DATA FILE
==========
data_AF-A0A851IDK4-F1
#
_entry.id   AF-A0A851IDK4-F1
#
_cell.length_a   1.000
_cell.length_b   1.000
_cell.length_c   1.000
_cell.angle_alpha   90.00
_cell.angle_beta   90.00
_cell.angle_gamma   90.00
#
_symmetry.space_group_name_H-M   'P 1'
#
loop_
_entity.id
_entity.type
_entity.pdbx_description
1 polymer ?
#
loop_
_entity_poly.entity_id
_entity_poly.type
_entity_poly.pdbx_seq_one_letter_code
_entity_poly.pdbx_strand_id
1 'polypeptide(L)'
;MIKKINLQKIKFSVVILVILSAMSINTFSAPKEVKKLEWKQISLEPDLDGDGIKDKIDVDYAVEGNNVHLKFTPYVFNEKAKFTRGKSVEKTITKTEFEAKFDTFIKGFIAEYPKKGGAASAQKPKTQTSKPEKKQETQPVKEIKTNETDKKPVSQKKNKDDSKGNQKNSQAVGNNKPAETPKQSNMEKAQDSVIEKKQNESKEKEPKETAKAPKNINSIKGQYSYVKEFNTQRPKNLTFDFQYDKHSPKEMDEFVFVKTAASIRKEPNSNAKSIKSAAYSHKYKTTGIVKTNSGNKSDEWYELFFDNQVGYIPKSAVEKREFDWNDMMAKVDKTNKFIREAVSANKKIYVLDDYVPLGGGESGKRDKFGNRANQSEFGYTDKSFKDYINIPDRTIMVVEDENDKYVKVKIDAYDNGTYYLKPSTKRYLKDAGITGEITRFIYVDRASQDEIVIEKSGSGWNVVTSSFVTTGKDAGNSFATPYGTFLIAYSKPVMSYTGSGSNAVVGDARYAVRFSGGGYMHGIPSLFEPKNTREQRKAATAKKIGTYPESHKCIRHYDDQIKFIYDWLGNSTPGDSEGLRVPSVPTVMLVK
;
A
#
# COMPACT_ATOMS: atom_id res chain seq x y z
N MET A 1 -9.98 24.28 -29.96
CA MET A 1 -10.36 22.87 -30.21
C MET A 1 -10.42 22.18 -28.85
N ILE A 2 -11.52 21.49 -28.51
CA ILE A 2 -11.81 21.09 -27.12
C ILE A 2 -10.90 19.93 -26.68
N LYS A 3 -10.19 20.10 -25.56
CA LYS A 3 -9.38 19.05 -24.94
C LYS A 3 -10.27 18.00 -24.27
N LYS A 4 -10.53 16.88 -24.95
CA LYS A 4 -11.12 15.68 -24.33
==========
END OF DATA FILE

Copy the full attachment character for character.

data_AF-A0A851IDK4-F1
#
_entry.id   AF-A0A851IDK4-F1
#
_cell.length_a   1.000
_cell.length_b   1.000
_cell.length_c   1.000
_cell.angle_alpha   90.00
_cell.angle_beta   90.00
_cell.angle_gamma   90.00
#
_symmetry.space_group_name_H-M   'P 1'
#
loop_
_entity.id
_entity.type
_entity.pdbx_description
1 polymer ?
#
loop_
_entity_poly.entity_id
_entity_poly.type
_entity_poly.pdbx_seq_one_letter_code
_entity_poly.pdbx_strand_id
1 'polypeptide(L)'
;MIKKINLQKIKFSVVILVILSAMSINTFSAPKEVKKLEWKQISLEPDLDGDGIKDKIDVDYAVEGNNVHLKFTPYVFNEKAKFTRGKSVEKTITKTEFEAKFDTFIKGFIAEYPKKGGAASAQKPKTQTSKPEKKQETQPVKEIKTNETDKKPVSQKKNKDDSKGNQKNSQAVGNNKPAETPKQSNMEKAQDSVIEKKQNESKEKEPKETAKAPKNINSIKGQYSYVKEFNTQRPKNLTFDFQYDKHSPKEMDEFVFVKTAASIRKEPNSNAKSIKSAAYSHKYKTTGIVKTNSGNKSDEWYELFFDNQVGYIPKSAVEKREFDWNDMMAKVDKTNKFIREAVSANKKIYVLDDYVPLGGGESGKRDKFGNRANQSEFGYTDKSFKDYINIPDRTIMVVEDENDKYVKVKIDAYDNGTYYLKPSTKRYLKDAGITGEITRFIYVDRASQDEIVIEKSGSGWNVVTSSFVTTGKDAGNSFATPYGTFLIAYSKPVMSYTGSGSNAVVGDARYAVRFSGGGYMHGIPSLFEPKNTREQRKAATAKKIGTYPESHKCIRHYDDQIKFIYDWLGNSTPGDSEGLRVPSVPTVMLVK
;
A
#
# COMPACT_ATOMS: atom_id res chain seq x y z
N MET A 1 -9.98 24.28 -29.96
CA MET A 1 -10.36 22.87 -30.21
C MET A 1 -10.42 22.18 -28.85
N ILE A 2 -11.52 21.49 -28.51
CA ILE A 2 -11.81 21.09 -27.12
C ILE A 2 -10.90 19.93 -26.68
N LYS A 3 -10.19 20.10 -25.56
CA LYS A 3 -9.38 19.05 -24.94
C LYS A 3 -10.27 18.00 -24.27
N LYS A 4 -10.53 16.88 -24.95
CA LYS A 4 -11.12 15.68 -24.33